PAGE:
No-one knows how many Martas there are in this country. The Home Office made an estimate of 4000 women. Independent research suggests up to 10,000 women are trafficked into the UK every year.
The number of times each girl will have to have sex will depend on her age and appearance. The younger and prettier she is, the more the traffickers can charge and the less frequently she will be used, to keep up her value. The average per year is probably around 4000 times. If you take the conservative figure and multiply 4000 girls by 4000 times, that equates to 16 million rapes a year. A commodity, bought and sold, a girl is worth £150, 000 a year to her traffickers. Multiply that by 4000 girls and you can soon see why slavery is alive and well today.
It could be in your street right now
It is happening today in towns all over Britain, not just in the cities. It could be happening on your round. Typically the traffickers will legitimately rent a small house in a residential street. It could be in a middle class area, not necessarily in a red light area or one known for drugs. Small and discreet, probably only the one girl enslaved there. No other criminal activity goes on at the address. Not the sort of thing you expect to be happening in your area, so it doesn’t cross your mind that it might be.
Modern slavery is a shaming indictment of life in the 21st century. We are not going to stop it overnight, but the more people who know about it, the more women and girls can be rescued. And you as landlords are uniquely placed to spot potential trafficking.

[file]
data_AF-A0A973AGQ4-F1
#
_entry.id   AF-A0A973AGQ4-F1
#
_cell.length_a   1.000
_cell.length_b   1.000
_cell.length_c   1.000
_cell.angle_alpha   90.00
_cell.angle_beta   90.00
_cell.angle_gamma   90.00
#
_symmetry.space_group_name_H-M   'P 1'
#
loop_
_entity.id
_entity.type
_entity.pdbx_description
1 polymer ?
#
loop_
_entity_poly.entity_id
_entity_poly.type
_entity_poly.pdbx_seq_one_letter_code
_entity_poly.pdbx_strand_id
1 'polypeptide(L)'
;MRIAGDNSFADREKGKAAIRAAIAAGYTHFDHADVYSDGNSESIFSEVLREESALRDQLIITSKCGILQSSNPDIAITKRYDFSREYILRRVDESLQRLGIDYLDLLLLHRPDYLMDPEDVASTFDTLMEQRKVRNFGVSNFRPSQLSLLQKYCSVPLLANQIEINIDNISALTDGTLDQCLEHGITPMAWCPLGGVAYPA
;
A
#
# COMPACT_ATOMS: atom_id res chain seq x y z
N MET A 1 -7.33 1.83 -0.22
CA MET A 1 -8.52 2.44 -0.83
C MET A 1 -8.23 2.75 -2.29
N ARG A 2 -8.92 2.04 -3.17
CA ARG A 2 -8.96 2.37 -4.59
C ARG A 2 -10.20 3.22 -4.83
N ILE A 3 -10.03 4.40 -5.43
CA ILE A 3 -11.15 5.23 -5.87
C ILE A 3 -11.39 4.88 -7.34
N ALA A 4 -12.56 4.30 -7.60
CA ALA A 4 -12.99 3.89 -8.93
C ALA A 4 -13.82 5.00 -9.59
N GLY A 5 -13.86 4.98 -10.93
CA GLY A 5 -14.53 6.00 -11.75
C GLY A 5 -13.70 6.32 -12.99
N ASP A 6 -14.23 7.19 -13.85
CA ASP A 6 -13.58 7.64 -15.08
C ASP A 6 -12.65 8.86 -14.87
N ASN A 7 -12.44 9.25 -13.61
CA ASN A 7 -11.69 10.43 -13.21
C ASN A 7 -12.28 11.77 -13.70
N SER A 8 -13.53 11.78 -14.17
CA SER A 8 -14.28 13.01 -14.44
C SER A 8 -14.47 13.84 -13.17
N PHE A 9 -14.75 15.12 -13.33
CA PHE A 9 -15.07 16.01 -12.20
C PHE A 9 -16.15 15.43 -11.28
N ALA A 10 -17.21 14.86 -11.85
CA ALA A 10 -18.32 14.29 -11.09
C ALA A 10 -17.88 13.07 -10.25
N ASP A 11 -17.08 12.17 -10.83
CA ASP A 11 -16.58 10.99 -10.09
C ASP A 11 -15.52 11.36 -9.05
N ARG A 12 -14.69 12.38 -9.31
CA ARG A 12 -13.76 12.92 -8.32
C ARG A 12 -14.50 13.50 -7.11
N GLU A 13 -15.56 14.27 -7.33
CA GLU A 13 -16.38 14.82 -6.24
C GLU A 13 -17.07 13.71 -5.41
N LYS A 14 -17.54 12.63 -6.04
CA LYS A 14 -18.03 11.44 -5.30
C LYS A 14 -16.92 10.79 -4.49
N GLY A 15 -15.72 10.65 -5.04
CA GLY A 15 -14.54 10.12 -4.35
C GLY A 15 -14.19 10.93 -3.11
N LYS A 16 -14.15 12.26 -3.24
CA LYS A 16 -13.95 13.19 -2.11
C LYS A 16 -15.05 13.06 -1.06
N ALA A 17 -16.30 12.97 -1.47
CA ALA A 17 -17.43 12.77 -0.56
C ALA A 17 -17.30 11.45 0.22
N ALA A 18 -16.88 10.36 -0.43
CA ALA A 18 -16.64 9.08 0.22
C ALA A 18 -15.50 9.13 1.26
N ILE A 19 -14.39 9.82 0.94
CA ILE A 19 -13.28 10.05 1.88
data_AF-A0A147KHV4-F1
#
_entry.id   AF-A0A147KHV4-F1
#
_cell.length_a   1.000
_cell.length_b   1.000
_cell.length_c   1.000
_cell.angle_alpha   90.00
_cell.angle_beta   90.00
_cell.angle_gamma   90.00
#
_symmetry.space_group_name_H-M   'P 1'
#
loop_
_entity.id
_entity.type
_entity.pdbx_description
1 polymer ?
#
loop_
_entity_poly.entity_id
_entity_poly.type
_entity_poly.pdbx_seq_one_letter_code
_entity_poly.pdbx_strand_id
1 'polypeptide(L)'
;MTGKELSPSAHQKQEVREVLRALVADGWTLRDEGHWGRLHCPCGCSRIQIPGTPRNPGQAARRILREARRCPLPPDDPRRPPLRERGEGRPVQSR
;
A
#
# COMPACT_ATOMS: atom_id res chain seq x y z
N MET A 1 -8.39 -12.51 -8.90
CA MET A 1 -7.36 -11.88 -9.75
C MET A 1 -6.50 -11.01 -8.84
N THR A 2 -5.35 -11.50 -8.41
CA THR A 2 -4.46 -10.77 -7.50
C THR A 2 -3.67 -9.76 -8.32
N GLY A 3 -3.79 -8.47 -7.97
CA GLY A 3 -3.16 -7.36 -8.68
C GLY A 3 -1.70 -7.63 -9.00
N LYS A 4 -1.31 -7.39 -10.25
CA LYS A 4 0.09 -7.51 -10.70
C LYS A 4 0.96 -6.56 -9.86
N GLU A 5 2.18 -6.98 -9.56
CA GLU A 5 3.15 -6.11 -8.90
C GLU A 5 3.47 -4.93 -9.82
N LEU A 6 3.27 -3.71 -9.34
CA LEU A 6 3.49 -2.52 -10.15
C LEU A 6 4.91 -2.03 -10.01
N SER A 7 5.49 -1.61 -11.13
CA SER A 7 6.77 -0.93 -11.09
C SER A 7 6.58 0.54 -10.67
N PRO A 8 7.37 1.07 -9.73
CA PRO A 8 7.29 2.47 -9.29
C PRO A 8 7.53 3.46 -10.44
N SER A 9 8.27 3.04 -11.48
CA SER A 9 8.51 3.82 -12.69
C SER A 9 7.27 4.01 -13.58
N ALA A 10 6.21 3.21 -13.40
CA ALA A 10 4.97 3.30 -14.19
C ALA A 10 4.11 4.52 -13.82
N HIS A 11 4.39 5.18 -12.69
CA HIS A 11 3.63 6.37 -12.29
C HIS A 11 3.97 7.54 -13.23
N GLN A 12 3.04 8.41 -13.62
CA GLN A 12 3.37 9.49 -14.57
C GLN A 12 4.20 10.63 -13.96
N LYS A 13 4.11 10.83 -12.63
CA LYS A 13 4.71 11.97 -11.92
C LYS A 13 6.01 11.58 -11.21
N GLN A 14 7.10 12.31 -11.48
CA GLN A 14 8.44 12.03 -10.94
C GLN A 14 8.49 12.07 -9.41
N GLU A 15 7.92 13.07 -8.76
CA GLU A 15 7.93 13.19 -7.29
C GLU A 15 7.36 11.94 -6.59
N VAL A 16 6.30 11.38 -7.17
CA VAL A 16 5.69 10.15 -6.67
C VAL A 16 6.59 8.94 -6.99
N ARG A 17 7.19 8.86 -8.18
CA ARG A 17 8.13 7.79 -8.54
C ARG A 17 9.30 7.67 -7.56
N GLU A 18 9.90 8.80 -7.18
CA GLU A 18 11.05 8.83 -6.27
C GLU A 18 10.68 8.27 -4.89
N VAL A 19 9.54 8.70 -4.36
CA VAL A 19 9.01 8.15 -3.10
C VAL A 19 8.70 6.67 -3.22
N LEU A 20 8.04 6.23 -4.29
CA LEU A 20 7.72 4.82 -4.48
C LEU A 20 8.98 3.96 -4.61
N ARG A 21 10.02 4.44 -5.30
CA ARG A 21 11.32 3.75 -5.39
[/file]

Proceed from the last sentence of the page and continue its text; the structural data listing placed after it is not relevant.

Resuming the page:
Watch out for these signs
What are the signs to look out for?
- Are the people in the property the same ones who signed the lease?
- Has it been sublet?
If a property is being used by people traffickers
- The women and girls staying there will rarely be seen, will not make any contact with their neighbours and
- there may well be frequent changes of women and girls staying in the house.
- The curtains may be closed all day and
- the occupants will not be seen maintaining the house or garden.
- The women will be foreign, unlikely to speak English, unsmiling and fearful .
If you have any suspicion at all of somewhere that trafficked women may be kept, then ring Crimestoppers on 0800 555111. You do not have to give your name. You could be saving one woman from being raped thousands of times.
About the Purple Teardrop Campaign
The Purple Teardrop Campaign against sex-trafficking was set up to do something about this appalling crime. It aims to make people aware of what is going on and let them know how to report any suspicions of women being held against their will and sexually exploited.
The Purple Teardrop Campaign also raises money to support the safe houses which provide practical care and support for those who have been rescued. Traumatised by their experiences and terrified of everyone, victims usually do not speak English and need specialist care.
If you can keep an eye open and report any suspicion of trafficking to Crimestoppers, you are helping enormously. If you would like to do more and help the Purple Teardrop Campaign to raise funds, we would very much welcome your support. For more information or to contact us, please visit www.purpleteardrop.org.uk.